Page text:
To begin with, Elson Musk likened AI to “summoning the demon” while Stephen Hawking delivered a warning that AI could “spell the end of the human race. (Adams, 2016)” These sentiments were shared by Bill Gates who recently said that “I agree with Elson Musk and some others on this and don’t understand why some people are not concerned. (Adams, 2016)” It is important to note that AI can be classified as dangerous in two forms; the financial effects and the effect it would have when placed in the wrong hands, this according to Faggella, (2016). Take Google’s facial recognition program for example where if under the wrong tutelage, can be disastrous to humanity. Facial recognition technology today is widely being used in CCTV cameras across the streets and buildings all over the world. Vardi, (2012) gives an excellent example of the British Secret Service’s “Karma Police” that was accused of screening everyone’s use of the internet. Human targets could be made out of the system if placed in the hands of malicious people.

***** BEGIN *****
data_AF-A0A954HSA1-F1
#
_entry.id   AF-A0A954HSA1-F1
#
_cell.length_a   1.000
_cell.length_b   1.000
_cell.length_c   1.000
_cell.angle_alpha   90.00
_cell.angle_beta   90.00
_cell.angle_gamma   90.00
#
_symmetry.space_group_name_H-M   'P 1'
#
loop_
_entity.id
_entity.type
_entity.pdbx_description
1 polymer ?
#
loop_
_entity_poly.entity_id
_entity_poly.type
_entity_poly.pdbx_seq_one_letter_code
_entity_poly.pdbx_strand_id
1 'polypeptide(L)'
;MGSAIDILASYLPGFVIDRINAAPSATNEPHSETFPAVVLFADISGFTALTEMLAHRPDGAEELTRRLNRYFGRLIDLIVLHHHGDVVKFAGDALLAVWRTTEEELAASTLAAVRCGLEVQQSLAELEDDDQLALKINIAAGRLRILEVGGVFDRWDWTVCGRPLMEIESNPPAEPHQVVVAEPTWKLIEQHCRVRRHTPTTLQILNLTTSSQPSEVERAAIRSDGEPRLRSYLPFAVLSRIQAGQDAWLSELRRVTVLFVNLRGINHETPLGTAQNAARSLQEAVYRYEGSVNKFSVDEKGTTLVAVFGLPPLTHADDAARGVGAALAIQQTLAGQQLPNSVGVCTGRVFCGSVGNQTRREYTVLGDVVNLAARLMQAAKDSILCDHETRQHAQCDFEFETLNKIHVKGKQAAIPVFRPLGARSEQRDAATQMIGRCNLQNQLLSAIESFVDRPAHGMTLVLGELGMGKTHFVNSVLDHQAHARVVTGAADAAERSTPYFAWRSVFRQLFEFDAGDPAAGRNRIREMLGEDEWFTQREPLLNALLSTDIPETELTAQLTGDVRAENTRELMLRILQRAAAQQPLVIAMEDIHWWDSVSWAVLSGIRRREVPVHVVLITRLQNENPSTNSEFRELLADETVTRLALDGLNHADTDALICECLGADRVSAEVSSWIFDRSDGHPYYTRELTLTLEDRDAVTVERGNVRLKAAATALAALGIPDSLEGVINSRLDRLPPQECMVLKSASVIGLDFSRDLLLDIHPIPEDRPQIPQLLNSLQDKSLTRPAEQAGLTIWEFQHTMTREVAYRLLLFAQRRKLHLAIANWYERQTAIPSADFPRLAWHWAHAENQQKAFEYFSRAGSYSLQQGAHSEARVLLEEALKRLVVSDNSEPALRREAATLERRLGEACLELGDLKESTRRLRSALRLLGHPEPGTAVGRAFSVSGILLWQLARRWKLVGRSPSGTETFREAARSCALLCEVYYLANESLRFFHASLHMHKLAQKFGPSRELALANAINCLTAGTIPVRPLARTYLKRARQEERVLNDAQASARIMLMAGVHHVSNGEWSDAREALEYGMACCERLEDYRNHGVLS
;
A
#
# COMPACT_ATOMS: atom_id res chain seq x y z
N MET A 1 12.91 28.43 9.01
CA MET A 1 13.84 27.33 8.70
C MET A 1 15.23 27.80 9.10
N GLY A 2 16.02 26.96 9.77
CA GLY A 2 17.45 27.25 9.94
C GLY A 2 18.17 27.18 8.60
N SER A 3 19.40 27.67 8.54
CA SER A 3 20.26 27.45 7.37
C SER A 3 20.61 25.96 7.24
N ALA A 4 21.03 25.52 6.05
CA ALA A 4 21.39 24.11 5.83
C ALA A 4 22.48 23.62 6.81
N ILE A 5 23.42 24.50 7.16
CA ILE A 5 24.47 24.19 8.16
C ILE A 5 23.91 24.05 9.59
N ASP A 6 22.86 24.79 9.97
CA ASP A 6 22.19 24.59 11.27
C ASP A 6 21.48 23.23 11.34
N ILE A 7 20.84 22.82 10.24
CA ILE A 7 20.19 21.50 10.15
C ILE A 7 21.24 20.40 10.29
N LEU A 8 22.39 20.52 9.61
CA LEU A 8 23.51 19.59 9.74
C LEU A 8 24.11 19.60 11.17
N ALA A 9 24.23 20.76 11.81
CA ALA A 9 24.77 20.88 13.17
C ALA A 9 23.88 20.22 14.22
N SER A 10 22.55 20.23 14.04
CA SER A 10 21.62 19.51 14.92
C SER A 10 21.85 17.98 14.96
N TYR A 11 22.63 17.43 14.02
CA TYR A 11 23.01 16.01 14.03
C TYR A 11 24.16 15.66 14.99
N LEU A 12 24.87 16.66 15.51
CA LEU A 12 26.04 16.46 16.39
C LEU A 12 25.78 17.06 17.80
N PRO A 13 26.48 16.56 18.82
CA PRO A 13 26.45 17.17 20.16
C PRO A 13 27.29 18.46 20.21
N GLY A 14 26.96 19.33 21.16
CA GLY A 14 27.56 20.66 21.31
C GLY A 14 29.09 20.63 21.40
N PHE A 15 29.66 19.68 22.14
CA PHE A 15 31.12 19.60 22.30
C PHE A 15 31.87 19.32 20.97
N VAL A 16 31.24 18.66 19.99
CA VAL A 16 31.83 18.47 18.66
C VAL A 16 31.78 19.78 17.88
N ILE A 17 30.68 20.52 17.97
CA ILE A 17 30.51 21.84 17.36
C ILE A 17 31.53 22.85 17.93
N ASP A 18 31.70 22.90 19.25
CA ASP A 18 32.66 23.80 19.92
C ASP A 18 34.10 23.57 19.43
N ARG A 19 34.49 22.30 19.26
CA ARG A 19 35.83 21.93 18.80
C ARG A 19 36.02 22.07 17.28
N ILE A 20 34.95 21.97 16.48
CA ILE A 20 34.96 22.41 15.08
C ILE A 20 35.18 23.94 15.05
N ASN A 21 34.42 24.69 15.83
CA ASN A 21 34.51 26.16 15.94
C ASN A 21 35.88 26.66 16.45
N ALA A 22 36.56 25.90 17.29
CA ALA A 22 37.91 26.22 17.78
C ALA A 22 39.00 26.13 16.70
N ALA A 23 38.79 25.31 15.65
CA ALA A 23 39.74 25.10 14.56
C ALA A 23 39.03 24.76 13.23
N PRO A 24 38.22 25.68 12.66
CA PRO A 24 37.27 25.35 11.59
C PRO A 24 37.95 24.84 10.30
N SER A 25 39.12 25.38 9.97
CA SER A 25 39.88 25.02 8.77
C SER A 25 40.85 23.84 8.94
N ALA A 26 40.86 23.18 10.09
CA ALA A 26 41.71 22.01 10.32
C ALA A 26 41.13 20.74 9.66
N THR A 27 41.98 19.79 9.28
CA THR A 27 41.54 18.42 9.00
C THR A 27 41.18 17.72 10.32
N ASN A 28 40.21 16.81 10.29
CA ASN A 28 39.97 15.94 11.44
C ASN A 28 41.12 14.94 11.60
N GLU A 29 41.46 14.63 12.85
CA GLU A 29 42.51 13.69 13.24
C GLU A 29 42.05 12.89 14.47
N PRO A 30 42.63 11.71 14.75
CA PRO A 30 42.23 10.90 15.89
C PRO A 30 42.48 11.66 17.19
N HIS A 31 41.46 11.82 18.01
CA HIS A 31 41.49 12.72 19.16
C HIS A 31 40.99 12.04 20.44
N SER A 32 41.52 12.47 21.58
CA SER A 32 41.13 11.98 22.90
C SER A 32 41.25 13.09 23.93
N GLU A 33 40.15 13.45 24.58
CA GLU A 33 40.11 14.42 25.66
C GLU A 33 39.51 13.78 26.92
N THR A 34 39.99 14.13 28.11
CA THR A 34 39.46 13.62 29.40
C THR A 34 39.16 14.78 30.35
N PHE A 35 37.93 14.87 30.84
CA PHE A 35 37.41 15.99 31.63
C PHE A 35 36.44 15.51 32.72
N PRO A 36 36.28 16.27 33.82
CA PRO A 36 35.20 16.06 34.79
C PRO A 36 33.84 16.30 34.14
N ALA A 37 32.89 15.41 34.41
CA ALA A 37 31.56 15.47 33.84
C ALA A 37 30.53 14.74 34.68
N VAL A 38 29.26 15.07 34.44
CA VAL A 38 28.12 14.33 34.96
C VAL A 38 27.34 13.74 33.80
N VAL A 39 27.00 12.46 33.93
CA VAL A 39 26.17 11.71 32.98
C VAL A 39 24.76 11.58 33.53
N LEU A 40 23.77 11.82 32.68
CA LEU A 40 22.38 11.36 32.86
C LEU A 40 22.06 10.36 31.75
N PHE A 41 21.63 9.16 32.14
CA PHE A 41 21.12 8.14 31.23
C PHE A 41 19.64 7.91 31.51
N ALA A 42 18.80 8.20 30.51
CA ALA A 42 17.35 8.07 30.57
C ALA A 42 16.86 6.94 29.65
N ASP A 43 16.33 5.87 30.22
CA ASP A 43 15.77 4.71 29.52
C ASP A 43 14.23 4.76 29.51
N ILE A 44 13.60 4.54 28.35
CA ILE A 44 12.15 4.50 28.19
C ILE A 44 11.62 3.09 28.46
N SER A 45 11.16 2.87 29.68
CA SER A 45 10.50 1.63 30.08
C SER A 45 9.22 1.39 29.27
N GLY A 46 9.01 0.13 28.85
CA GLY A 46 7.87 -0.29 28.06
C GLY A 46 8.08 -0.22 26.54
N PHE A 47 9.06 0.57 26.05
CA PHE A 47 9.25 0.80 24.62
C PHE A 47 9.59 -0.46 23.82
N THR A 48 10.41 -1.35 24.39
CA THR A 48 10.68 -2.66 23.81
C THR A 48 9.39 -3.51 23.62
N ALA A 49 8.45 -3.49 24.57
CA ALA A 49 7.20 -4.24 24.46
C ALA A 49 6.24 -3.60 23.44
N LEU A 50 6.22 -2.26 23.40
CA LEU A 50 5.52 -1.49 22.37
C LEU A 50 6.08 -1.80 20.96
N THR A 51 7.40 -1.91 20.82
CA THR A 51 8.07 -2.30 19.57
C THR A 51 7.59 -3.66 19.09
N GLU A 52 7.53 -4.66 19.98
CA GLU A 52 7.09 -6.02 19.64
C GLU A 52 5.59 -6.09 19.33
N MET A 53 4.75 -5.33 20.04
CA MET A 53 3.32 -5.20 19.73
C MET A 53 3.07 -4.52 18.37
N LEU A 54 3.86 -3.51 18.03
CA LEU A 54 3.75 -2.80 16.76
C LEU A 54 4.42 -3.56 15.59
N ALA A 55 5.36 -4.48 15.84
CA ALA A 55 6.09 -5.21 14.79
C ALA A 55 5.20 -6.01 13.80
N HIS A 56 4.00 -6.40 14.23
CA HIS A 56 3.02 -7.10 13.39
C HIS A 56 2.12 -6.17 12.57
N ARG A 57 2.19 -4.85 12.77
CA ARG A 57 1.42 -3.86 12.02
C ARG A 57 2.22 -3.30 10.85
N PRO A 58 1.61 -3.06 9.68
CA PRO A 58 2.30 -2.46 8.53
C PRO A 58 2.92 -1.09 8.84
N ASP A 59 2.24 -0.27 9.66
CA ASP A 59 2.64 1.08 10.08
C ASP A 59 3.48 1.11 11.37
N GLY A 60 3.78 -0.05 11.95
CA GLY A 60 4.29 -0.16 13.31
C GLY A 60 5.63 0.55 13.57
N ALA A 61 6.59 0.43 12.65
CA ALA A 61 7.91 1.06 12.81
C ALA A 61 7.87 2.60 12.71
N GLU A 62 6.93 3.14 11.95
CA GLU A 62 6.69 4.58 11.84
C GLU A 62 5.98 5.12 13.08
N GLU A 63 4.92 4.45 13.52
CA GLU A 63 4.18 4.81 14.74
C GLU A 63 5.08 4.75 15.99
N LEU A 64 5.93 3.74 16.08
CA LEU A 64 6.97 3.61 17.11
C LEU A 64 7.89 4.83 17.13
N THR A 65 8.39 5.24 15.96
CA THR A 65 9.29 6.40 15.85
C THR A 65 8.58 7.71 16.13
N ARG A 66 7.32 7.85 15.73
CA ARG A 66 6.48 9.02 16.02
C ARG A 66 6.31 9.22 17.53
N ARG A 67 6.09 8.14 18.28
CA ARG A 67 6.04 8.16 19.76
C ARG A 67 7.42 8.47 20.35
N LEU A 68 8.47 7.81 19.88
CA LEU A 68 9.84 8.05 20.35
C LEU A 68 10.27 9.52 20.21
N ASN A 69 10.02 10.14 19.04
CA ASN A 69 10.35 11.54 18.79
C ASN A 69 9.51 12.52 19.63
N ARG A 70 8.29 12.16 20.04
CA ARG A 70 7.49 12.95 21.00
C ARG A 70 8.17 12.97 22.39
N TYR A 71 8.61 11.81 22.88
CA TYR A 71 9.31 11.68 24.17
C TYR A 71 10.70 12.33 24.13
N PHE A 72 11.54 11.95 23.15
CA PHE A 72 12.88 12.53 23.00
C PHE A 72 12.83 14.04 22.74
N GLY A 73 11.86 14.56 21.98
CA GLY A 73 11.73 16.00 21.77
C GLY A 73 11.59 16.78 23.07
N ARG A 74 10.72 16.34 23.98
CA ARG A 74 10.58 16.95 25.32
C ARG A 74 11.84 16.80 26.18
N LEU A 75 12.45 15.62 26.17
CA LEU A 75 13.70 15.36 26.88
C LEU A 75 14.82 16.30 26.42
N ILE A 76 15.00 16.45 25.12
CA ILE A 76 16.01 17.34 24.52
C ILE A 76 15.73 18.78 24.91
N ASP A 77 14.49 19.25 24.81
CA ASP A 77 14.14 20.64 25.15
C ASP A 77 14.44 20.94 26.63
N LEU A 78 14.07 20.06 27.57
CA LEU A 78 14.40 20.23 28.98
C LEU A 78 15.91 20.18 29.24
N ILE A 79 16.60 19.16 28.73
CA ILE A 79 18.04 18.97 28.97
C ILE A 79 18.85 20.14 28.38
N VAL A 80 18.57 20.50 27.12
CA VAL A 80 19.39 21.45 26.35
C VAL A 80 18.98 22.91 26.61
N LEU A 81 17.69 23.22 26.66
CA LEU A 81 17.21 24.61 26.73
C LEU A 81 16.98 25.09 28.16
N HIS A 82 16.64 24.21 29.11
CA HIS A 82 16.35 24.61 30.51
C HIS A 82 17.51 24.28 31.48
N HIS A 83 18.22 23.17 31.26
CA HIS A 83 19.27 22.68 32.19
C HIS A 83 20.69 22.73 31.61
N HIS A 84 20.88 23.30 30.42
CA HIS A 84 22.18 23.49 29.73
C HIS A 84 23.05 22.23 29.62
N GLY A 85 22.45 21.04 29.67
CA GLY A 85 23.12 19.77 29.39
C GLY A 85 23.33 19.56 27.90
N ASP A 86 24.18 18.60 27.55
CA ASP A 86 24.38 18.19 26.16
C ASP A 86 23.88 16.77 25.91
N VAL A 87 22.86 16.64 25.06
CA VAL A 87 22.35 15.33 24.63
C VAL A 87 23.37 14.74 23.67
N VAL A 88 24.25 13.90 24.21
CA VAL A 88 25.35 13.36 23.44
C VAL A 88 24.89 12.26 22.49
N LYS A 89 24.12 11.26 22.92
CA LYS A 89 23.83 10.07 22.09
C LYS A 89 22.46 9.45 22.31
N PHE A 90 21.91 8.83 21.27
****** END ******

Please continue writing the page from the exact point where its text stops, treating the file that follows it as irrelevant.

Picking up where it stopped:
These manipulative technologies like nudging are performed on millions of people by accessing their private data without their knowledge. Since it is done in secret, there is no transparency or any ethical constraints about the exercises their-in. A good example is when the CIA used such a system to spy on prominent people across the globe. Large social media platforms like Facebook and OkCupid have in the past admitted to undertaking such social experiments (Zwitter et al., 2017). It is such irresponsible research on the society and humans that confirm AI as a risk factor to humanity. One would argue that facial recognition is coined to improve security and ensure the safety of everyone. That the technology can help security personnel and the police in tracking down people of interest but even so, it fails to take away the fact that a lot of personal information is laid out to people with malevolent intentions. Persuasive computing, one would say was generated to retain order among societies and make sure that people behave in accordance to what is required.